LegalTechNY Discussion: Professional vs. Personal Uses of Social Media [video]

Today's post is pulled from the Law Firm Marketing Blog of LexisNexis.  It features a portion of the LegalTechNY Panel Discussion I participated in. Here is the link to the original post.

Most of us live in two worlds — one consists of our personal relationships with friends and family, the other is made up of our professional interactions with clients and co-workers. It can be very tricky to keep these worlds separate in the online world where comments and images are so easily disseminated.

Steve Mann, chief marketing officer of the Research & Litigation Solutions business at LexisNexis, was asked this "professional vs. personal" question by an attendee at our LegalTech New York 2013 panel — "Taming the Wild West of Social Media: The Secrets of Social Media Success in the Legal Profession" — and the responses from our experts were instructive.

I drew a distinction between personal and professional uses of social media. If someone looks me up on social media platforms, they will see lots of content about lawyers and law firm marketing — but you're not going to know what I had for lunch.

You can view a short video segment of this piece of the panel discussion. Stay tuned next week for more details from the session.


13 Mobile Stats Your competitors Already Know

4 quick advantages Pay-Per-Click has over search engine rankings

Robert Hodge, a Law Firm Marketing Specialist with LexisNexis, offers 4 advantages of using Pay-Per-Click over search engine

Immediate launch — We quickly develop a targeted keyword campaign for Google, and ads can go live within minutes.

Flexible budgets — We can set daily and monthly budget caps to ensure you never spend more than you're comfortable with.  We will change keyword bids and budgets on the fly to respond to the dynamic auction environment.

Highly targeted — Geo-targeting and geo-modified keywords means you can more easily reach the consumers near you or in targeted markets.

Control — Have a high level of control over your marketing message. Paid search advertising lets advertisers control what your listings say and how they look on the Google results page.  We also specify targeted landing pages, so you're able to drive users to the page that has the exact information they're looking for.

What Do Online Consumers Do After Searching for an Attorney?

The recent Attorney Selection Research Study by The Research Intelligence Group (TRiG), taught us all sorts of things about where consumers go to search for attorneys online, how they obtain legal information from the Internet and even the specific types of devices they use to do this online searching.  Last week, we concluded our look at the substantive findings by sharing results regarding which areas of legal practice are the most popular when consumers search for an attorney.

Armed with this data, it would be fair to ask: So what? Does it really matter if we know about the online searching habits of consumers with legal needs, if we don't know what happens AFTER they complete their online research?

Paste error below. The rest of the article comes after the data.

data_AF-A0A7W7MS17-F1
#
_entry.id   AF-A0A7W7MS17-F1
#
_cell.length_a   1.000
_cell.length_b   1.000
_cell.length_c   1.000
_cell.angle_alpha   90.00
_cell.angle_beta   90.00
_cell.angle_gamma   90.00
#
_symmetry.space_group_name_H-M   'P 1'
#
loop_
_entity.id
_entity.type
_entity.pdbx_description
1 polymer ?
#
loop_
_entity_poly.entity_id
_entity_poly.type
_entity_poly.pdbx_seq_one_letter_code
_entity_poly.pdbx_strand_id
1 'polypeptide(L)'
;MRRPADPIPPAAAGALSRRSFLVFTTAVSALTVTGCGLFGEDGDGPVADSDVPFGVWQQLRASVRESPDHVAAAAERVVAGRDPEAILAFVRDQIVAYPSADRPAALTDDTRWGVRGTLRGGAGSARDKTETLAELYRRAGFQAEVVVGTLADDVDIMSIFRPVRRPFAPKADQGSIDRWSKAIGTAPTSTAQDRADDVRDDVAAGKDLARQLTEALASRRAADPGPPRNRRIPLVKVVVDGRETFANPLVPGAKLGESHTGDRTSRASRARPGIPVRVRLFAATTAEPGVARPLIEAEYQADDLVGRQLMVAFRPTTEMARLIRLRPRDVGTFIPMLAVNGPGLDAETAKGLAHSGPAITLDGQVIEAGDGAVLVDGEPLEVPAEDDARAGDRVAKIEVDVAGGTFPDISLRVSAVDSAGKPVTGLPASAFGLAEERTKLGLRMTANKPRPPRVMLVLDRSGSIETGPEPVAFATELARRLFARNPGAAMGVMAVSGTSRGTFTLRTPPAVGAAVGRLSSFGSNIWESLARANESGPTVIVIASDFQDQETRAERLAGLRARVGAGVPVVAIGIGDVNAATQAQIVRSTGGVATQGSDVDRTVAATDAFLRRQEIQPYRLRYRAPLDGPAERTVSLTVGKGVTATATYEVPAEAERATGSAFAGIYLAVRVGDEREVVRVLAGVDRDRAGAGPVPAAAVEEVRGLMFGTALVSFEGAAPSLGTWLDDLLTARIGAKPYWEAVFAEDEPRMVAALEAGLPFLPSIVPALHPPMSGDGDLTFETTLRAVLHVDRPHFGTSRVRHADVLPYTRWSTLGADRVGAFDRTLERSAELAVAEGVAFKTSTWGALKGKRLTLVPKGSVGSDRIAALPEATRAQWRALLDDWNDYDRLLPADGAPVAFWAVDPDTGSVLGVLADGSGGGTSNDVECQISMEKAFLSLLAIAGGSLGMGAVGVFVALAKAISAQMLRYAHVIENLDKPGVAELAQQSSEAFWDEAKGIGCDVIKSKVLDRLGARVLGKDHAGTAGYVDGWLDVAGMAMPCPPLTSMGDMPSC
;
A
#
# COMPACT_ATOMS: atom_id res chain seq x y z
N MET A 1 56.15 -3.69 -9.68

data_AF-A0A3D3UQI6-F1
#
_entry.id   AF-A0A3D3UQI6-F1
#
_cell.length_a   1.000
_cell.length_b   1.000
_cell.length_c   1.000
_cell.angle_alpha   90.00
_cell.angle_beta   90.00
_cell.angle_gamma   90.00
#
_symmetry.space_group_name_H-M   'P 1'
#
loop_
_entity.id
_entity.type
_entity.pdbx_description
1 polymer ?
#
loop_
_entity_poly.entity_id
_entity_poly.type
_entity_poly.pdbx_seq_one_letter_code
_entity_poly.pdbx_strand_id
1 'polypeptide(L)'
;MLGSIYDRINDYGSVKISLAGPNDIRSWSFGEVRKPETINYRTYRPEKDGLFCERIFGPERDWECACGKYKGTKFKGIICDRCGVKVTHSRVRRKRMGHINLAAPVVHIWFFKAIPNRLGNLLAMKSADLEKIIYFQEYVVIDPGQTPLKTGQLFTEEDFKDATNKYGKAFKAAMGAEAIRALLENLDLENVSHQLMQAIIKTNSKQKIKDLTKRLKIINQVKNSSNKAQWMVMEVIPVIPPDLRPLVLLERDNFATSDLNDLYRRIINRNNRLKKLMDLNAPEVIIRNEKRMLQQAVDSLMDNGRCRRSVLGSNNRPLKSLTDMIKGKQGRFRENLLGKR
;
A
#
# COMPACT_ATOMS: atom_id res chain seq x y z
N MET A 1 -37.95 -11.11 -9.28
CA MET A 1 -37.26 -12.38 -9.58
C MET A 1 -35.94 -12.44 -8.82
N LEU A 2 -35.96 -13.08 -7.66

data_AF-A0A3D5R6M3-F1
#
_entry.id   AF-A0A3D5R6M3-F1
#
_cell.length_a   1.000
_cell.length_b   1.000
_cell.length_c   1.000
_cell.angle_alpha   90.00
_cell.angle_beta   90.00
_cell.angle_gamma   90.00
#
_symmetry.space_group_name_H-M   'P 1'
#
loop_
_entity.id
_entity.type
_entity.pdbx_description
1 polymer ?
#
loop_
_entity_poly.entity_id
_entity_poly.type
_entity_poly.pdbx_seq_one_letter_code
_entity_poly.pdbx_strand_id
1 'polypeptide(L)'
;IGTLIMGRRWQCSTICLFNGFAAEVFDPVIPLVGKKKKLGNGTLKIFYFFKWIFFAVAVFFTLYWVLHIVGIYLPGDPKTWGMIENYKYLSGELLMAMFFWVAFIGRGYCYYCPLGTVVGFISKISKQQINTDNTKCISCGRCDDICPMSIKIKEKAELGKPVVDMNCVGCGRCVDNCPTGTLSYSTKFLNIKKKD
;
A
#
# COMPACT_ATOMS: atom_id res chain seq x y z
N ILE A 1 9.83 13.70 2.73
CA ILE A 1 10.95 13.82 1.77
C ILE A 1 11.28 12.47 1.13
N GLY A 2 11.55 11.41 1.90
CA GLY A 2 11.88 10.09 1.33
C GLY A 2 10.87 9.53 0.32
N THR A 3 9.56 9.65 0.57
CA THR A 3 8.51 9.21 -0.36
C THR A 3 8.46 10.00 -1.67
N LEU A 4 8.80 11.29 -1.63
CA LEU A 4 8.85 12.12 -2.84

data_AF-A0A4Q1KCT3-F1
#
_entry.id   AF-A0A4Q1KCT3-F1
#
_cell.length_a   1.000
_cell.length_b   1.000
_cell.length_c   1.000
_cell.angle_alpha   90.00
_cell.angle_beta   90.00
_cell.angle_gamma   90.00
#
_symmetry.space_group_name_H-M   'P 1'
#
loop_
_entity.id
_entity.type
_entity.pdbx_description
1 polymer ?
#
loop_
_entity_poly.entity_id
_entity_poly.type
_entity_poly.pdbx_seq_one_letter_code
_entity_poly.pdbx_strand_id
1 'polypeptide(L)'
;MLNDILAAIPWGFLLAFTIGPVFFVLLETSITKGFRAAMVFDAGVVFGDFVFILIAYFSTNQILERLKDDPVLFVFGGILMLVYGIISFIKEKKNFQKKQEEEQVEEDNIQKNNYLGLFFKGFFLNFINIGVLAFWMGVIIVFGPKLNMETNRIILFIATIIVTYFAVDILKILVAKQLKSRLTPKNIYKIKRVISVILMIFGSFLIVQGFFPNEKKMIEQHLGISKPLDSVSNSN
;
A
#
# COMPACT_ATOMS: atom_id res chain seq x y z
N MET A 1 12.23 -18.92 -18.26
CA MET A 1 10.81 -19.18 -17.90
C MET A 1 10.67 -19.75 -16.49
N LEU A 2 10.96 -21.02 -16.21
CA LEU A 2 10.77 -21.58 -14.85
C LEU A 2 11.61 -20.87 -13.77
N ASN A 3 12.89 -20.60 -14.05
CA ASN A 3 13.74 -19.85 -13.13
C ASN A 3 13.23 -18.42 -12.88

Follow the link to read the remainder of Amy Kovar's post.

WSJ: Lawyers Learning the Skills Needed to Draw, Keep Clients

From the Wall Street Journal:

"In the last few months, law firms have become increasingly aware that training lawyers in marketing and business development is a key way to drive business. According to a February survey of 120 marketing directors at large law firms -- conducted by legal market researcher, BTI Consulting Group -- business development is one of the few marketing areas where law firm executives are most willing to increase spending. Nearly 70% said they planned to provide more marketing coaching to lawyers.

"Marketing coaching fills in where law school falls short on training. Firms are enlisting coaches who work one-on-one with their lawyers on how to keep up with existing clients and court new ones. While it's certainly not a new concept to the legal world, this kind of strategic networking becomes critical as business wanes. "As business falls off everywhere, all of us need to have an eye on where the next thing is coming from," says Edward Winslow, partner at Brooks, Pierce, McLendon, Humphrey & Leonard LLP, an 85-lawyer firm based in Greensboro, N.C.

"Larry Bodine, an Illinois-based law firm business-development consultant, has been working nights and weekends to accommodate his new influx of clients, which has tripled from 20 to 60 lawyers since January. "Business development is not something taught in law school," he says. "Basically you spend three years reading appellate court opinions and you don't learn anything about building a clientele," he says.

"While many firms are looking outside to hire coaches, others are ramping up internal efforts. At Boston-based Nixon Peabody, where the marketing budget is down 20% this year, chief marketing officer Mark Greene says there has been a distinct shift in how resources are allocated, with more emphasis on coaching individual lawyers. "A year ago the department was more focused on marketing in the traditional sense of brand creation," says Mr. Greene. "We have shifted resources toward one-on-one relationship building."

Apollo Business Development, Larry Bodine, law firm marketingFor more about business development training, visit